The SUV that Won New York’s Auto Show By Itself
The vehicle that “won last year’s New York auto show” by itself
At the beginning of the twenty-first century, Lincoln Motor Company was mired in a period of safe and comfortable design. But they may have finally woken up. I’m not just taking Matthew McConaughey’s word for it; I speak as someone who’s seen the Lincoln Navigator Concept. The proposed SUV combines elite specifications and high-quality materials. Most importantly, its design reaches far ahead of the curve. This is something with which Lincoln used to be synonymous – and may well be again.
The Lincoln Navigator Concept’s “Gull wing doors and Concertina Steps open the vehicle to welcome you. Meanwhile, a wide stance makes you feel secure inside. This is a deft balancing act that yields quiet elegance on a grand scale.” Lincoln likes to repeat the term “quiet” as if it’s a holy virtue. Sure, the Navigator Concept will have advanced safety technology and Active Noise Cancellation. But it’s hard to look the Navigator in the eye, or stare at the curved teeth on the custom wheels, and think that it will (or should) be polite. The Navigator Concept’s engine does little to discourage that notion. With a 3.5L twin-turbocharged engine, it can deliver 400 horsepower. It will also improve upon the 2017 model’s 3900 kg of towing.
The Lincoln Navigator Concept
Of course, the production model will certainly ditch the gull-wing doors and Concertina steps. Lincoln deployed those conceptual flourishes to show off the Navigator’s interior, which is the SUV’s largest ever. When “in flight,” the doors reveal touch displays on the back of each seat, behemoth center consoles, and 30-way adjustable pillowtop seats ostensibly inspired by first-class air travel. In its trunk, the Navigator conceals an Instagrammer’s dream. A wealth of luxury goods including an umbrella, binoculars, and watches fill several flush, asymmetrical compartments. These accessories complete the image of Lincoln’s desired demographic: younger, more stylish, and more active than Lincoln drivers of the past few decades.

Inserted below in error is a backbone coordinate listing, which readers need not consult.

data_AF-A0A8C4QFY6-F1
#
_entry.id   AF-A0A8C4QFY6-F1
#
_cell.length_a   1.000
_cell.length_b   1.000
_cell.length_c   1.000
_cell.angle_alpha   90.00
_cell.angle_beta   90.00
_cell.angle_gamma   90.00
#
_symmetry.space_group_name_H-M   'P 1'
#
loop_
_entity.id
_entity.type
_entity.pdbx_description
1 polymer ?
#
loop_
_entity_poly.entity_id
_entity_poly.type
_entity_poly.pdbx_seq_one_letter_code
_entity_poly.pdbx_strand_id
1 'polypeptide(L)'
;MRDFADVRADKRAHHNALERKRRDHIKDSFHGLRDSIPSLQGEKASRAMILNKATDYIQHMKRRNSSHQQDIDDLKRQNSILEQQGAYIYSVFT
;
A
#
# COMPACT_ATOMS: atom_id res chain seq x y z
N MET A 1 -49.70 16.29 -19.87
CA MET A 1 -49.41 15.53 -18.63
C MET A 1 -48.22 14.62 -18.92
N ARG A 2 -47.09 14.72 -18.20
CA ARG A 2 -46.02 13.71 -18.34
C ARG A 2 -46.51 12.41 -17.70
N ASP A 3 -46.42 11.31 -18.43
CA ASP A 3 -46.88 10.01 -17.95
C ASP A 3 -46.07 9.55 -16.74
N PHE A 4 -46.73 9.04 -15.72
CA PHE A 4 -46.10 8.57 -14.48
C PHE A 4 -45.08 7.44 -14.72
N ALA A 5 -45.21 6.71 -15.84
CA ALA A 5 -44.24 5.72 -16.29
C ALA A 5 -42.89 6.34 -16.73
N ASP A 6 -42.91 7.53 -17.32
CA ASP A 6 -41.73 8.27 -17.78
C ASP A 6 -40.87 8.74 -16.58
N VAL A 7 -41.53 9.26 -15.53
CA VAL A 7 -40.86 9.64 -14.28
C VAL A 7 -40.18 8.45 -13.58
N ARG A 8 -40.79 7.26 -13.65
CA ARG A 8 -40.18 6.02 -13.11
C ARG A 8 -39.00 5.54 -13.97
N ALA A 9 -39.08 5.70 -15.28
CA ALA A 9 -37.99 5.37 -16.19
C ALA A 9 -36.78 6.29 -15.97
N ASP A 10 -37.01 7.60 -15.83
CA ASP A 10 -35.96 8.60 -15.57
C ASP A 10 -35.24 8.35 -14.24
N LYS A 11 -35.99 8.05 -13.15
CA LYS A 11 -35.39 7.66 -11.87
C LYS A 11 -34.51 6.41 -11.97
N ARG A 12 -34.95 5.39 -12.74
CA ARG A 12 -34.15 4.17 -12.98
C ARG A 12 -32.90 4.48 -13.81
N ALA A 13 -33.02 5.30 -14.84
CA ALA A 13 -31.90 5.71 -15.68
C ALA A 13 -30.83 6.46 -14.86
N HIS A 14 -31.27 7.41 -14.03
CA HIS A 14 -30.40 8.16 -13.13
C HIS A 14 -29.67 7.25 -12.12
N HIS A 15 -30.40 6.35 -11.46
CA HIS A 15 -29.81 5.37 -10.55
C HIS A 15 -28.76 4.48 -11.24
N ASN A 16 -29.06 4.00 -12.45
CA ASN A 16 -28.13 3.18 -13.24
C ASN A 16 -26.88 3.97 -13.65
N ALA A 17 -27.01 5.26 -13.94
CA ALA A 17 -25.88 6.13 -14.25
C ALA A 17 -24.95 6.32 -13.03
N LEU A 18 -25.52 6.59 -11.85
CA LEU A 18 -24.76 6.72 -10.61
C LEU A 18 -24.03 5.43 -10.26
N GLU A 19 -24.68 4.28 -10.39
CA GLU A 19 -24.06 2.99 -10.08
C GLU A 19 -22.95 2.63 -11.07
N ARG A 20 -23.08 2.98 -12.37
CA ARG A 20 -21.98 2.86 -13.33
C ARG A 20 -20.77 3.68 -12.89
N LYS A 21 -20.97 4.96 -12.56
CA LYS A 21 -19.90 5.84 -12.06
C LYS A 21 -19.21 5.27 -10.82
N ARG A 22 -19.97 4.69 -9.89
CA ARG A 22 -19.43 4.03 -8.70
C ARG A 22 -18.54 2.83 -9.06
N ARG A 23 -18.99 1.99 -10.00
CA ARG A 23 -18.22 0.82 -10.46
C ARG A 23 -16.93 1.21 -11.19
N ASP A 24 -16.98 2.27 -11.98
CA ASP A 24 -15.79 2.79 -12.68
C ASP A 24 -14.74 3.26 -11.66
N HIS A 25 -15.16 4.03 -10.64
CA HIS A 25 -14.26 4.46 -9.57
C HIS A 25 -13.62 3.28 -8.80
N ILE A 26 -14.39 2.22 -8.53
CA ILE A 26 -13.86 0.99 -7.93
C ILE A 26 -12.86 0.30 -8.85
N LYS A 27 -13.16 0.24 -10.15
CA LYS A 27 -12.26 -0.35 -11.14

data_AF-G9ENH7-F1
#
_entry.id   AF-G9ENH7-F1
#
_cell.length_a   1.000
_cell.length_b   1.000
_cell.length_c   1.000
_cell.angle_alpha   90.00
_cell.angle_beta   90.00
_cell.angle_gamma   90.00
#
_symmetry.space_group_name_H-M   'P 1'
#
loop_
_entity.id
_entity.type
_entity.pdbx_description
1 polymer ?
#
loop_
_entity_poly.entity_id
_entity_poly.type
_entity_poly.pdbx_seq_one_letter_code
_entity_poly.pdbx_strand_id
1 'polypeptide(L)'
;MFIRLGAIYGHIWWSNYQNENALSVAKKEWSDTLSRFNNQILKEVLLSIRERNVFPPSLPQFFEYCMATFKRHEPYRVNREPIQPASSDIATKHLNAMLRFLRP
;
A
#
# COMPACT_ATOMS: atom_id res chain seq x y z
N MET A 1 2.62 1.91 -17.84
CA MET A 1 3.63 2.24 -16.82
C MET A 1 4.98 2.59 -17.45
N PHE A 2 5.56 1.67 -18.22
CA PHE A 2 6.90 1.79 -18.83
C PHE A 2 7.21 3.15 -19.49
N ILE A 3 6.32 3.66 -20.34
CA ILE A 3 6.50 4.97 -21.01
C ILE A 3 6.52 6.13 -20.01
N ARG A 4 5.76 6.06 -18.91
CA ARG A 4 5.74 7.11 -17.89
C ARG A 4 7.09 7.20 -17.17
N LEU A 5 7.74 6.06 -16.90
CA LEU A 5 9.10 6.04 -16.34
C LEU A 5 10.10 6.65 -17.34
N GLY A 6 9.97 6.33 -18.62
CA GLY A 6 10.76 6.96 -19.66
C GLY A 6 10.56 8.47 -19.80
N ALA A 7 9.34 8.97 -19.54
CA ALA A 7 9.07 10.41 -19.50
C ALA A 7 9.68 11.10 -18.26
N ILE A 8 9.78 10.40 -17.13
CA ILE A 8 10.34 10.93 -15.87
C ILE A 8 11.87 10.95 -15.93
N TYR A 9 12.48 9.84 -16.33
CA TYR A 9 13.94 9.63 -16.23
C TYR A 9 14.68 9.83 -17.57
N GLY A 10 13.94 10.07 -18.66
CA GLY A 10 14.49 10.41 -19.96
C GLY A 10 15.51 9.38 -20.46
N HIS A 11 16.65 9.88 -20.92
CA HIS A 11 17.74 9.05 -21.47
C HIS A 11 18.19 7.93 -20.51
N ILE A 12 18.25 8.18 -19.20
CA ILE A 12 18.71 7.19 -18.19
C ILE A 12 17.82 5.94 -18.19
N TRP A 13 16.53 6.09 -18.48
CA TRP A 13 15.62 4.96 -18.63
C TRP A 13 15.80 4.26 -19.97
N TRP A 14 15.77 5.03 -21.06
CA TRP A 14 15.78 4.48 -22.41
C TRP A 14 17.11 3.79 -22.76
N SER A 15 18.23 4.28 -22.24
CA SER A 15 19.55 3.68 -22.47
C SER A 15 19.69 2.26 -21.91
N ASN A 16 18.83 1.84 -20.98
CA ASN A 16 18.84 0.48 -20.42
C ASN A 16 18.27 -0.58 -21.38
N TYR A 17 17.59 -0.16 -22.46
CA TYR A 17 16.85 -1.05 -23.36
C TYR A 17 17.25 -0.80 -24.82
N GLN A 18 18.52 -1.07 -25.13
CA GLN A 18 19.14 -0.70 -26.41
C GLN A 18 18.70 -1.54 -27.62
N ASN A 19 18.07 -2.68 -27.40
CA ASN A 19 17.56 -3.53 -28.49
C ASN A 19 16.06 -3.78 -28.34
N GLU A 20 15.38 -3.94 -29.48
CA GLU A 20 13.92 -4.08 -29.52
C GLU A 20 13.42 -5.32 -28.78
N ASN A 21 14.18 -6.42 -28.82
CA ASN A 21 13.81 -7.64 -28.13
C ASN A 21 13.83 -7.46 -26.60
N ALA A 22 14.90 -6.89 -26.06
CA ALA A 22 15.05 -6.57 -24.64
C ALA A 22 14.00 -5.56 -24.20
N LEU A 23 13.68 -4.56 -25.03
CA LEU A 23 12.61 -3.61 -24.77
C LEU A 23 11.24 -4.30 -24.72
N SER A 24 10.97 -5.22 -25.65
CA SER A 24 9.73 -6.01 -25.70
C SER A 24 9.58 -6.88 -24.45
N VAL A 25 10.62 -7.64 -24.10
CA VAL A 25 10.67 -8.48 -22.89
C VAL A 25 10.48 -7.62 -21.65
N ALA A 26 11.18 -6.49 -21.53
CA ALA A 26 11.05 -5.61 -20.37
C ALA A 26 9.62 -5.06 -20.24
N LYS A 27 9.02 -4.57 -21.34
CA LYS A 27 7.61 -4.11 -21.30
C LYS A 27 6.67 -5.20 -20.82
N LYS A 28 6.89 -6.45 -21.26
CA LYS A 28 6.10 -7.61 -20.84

While those young drivers won’t be climbing up any ridiculous steps, they can expect many of the SUV’s features to stay. When the Lincoln Continental Concept recently moved to production, it lost some aesthetic touches (chrome trim and thick carpeting), but little else. Coincidentally, those two vehicles will share the same stunning one-piece mesh grille, as the Navigator has ditched the split-wing design. The chrome front is fittingly sharp for a vehicle that must cut through the stuffy preconceptions that have dogged Lincoln even through their reinvention.
Along those lines, the Navigator has often been touted as the full-sized luxury SUV that defined the category. But, if the Lincoln Navigator Concept is any indication, you’ll struggle to put the 2018 model in a box.